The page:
October 16, 2023, HOUSTON, TX – Congressional Candidate Amanda Edwards has raised over $1 million in less than 4 months, a substantial sum that helps bolster the frontrunner status of the former At-Large Houston City Council Member in her bid for U.S. Congress. Edwards raised over $433,000 in Q3 of 2023. This strong Q3 report expands on a successful Q2 where Edwards announced just 11 days after declaring her candidacy that she had raised over $600,000. With over $829,000 in cash-on-hand at the end of the September 30th financial reporting period, Edwards proves again that she is the clear frontrunner in the race. “I am beyond grateful for the strong outpouring of support that will help me to win this race and serve the incredible people of the 18th Congressional District,” said Edwards. “We are at a critical juncture in our nation’s trajectory, and we need to send servant leaders to Congress who can deliver the results the community deserves. The strong support from our supporters will help us to cultivate an 18th Congressional District where everyone in it can thrive.” Edwards said. “Amanda understands the challenges that the hard-working folks of the 18th Congressional District face because she has never lost sight of who she is or where she comes from; she was born and raised right here in the 18th Congressional District of Houston,” said Kathryn McNiel, spokesperson for Edwards’ campaign. Edwards has been endorsed by Higher Heights PAC, Collective PAC, Krimson PAC, and the Brady PAC. She has also been supported by Beto O’Rourke, among many others. About Amanda: Amanda is a native Houstonian, attorney and former At-Large Houston City Council Member. Amanda is a graduate of Eisenhower High School in Aldine ISD. Edwards earned a B.A. from Emory University and a J.D. from Harvard Law School. Edwards practiced law at Vinson & Elkins LLP and Bracewell LLP before entering public service. Edwards is a life-long member of St. Monica Catholic Church in Acres Homes. For more information, please visit www.edwardsforhouston.com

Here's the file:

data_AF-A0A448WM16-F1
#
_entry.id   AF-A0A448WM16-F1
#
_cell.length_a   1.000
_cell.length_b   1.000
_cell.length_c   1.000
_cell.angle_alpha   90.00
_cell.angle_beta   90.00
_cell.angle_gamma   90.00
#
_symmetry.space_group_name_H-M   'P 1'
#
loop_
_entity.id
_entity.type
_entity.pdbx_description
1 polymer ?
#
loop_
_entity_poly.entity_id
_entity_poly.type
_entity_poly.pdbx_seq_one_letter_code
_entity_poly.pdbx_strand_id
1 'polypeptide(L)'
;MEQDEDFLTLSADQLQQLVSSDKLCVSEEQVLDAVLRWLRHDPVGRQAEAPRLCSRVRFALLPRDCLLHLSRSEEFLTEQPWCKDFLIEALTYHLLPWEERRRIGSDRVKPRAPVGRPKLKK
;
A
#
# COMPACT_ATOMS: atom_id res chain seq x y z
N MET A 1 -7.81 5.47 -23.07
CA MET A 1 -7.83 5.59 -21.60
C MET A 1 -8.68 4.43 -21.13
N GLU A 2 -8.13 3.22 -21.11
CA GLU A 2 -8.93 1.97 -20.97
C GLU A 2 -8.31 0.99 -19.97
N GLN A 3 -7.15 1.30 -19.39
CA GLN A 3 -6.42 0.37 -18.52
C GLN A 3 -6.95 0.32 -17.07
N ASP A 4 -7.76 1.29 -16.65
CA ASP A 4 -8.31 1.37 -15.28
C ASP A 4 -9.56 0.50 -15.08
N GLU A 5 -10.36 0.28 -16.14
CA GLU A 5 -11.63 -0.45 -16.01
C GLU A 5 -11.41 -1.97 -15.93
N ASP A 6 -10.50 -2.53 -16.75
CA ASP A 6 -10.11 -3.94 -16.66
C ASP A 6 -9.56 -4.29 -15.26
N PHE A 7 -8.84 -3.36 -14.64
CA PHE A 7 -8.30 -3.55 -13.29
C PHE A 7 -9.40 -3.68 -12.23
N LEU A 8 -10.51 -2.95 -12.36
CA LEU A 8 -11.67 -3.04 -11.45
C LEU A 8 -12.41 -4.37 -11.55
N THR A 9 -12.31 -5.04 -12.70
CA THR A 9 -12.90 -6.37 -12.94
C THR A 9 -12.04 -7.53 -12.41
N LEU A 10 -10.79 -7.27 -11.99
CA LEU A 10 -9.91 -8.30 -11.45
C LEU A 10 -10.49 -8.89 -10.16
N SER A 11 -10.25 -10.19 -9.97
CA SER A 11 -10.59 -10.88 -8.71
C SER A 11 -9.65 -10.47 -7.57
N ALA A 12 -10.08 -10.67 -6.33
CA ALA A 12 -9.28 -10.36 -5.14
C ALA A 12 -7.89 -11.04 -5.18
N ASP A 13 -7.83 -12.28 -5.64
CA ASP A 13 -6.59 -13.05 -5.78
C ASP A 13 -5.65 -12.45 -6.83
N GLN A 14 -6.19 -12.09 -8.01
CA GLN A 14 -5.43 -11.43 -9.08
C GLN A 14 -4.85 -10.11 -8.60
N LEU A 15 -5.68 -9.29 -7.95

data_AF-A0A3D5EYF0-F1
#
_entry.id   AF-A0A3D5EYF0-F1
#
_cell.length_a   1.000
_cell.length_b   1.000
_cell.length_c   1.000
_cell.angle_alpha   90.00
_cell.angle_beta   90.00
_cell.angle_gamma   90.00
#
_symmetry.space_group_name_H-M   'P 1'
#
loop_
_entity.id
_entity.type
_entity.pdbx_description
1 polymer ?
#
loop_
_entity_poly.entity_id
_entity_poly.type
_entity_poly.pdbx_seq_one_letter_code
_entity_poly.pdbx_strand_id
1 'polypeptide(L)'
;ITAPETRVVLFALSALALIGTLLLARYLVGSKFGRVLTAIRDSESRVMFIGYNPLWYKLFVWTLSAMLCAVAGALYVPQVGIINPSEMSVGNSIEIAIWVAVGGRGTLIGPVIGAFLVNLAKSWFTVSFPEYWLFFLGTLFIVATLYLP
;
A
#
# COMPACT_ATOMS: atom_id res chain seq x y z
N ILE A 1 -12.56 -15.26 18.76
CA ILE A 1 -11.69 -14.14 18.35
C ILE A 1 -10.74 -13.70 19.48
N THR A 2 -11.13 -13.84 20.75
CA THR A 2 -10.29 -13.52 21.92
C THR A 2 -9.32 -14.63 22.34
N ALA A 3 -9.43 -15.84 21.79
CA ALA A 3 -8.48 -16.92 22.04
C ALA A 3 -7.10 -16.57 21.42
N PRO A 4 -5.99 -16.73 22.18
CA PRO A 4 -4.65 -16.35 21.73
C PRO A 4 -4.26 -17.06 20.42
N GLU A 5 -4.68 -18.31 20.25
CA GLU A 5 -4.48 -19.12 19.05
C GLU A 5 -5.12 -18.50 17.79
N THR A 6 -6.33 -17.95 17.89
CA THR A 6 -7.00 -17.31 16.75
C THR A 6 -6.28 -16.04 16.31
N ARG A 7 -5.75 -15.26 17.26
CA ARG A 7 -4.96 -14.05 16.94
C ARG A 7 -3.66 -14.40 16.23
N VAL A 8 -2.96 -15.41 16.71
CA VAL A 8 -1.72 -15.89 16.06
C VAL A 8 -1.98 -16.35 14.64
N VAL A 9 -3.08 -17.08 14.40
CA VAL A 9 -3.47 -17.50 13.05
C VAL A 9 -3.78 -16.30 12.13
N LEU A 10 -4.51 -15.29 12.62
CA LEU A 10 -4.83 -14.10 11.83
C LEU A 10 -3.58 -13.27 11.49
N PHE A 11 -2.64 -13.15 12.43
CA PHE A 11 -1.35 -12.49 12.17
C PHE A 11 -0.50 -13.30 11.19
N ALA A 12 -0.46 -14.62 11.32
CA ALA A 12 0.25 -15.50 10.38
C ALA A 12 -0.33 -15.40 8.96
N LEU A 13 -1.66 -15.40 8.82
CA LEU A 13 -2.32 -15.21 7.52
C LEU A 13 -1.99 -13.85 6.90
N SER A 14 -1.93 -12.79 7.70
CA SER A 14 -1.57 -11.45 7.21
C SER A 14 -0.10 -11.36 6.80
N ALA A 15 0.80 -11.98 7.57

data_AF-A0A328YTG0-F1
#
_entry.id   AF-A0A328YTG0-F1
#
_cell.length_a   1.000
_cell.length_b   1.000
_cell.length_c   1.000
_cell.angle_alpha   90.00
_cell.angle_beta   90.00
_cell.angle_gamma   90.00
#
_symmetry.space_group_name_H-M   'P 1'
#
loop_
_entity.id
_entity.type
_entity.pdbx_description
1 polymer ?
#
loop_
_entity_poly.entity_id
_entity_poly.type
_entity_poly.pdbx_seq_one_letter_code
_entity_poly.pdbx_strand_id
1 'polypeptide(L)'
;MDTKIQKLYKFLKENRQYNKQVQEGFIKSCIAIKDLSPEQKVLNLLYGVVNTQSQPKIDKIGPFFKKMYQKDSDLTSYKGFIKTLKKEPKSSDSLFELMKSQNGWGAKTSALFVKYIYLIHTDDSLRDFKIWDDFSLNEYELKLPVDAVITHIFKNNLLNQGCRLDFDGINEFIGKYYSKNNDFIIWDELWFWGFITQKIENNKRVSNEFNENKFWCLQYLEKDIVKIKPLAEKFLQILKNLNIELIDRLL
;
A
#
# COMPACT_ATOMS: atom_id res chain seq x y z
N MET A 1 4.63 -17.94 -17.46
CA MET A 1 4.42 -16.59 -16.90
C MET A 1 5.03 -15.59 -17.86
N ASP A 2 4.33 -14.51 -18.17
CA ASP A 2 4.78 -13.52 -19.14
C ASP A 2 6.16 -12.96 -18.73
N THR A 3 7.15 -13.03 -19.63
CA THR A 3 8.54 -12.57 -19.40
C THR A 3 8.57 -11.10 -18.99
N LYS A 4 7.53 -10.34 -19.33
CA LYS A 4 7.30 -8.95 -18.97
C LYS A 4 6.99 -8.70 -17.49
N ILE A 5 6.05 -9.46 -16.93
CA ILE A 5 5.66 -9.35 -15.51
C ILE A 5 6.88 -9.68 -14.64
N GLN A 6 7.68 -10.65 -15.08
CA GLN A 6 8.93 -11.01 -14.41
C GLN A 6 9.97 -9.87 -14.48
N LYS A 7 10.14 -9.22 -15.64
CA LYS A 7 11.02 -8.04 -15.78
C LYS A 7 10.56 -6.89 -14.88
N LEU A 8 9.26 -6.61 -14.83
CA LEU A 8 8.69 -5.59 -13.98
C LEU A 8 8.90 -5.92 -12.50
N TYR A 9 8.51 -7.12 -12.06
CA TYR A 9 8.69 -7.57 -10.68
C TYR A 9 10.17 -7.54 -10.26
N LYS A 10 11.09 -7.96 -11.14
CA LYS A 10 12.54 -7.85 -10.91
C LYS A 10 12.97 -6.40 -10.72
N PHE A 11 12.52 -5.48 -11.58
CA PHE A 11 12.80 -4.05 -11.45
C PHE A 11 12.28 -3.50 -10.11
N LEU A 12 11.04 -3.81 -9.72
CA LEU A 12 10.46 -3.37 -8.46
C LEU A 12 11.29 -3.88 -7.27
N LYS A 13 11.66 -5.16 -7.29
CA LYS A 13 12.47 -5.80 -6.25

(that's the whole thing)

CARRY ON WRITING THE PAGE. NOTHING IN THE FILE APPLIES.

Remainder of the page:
As September 13th rolls around, we extend our warmest birthday wishes to the creative powerhouse, Tyler Perry, a man whose indomitable spirit and groundbreaking work have left an indelible mark on the world of entertainment. With his multifaceted talents as an actor, playwright, screenwriter, producer, and director, Tyler Perry has not only entertained but also inspired audiences worldwide, particularly within the African-American community, where his influence and role have been nothing short of powerful. Born in New Orleans, Louisiana, in 1969, Tyler Perry’s journey to stardom was a path riddled with adversity. Raised in a turbulent household, he found refuge in writing, using it as a therapeutic outlet. This period of introspection gave rise to one of his most iconic creations, Madea, a vivacious, no-nonsense grandmother who would later become a beloved figure in Perry’s works, offering a unique blend of humor and profound life lessons. Despite facing numerous challenges, including rejection and financial struggles, Perry’s determination and unwavering belief in his abilities propelled him forward. In 1992, he staged his first play, “I Know I’ve Been Changed,” which, although met with limited success, was a pivotal moment in his career. Unfazed by initial setbacks, Perry continued to hone his craft, and by 1998, he had successfully produced a string of stage plays that showcased his storytelling prowess.
Calling all teenage student-athletes! If you have dreams of playing college soccer and wish to represent an HBCU, the HBCU ID Camp is your golden opportunity. From 8 am to 5 pm on November 11-12, Houston Sports Park will transform into a hub for aspiring male and female soccer players. Coaches from HBCUs across the nation will be present to evaluate, scout, and offer valuable feedback. Moreover, they might even spot the next soccer prodigy to join their collegiate soccer programs. This camp is not just about honing your soccer skills but also a chance to connect with the HBCU soccer community. You’ll learn the ins and outs of what it takes to excel on the field and in the classroom, which is crucial for a college athlete. The HBCU ID Camp is an excellent platform to network with coaches, learn from experienced athletes, and take the first steps toward your college soccer journey. To secure your spot at this incredible event, don’t forget to register [here](insert registration link). Space is limited to 120 participants, so make sure to reserve your place before it’s too late. It’s time to turn your dreams of playing college soccer into a reality.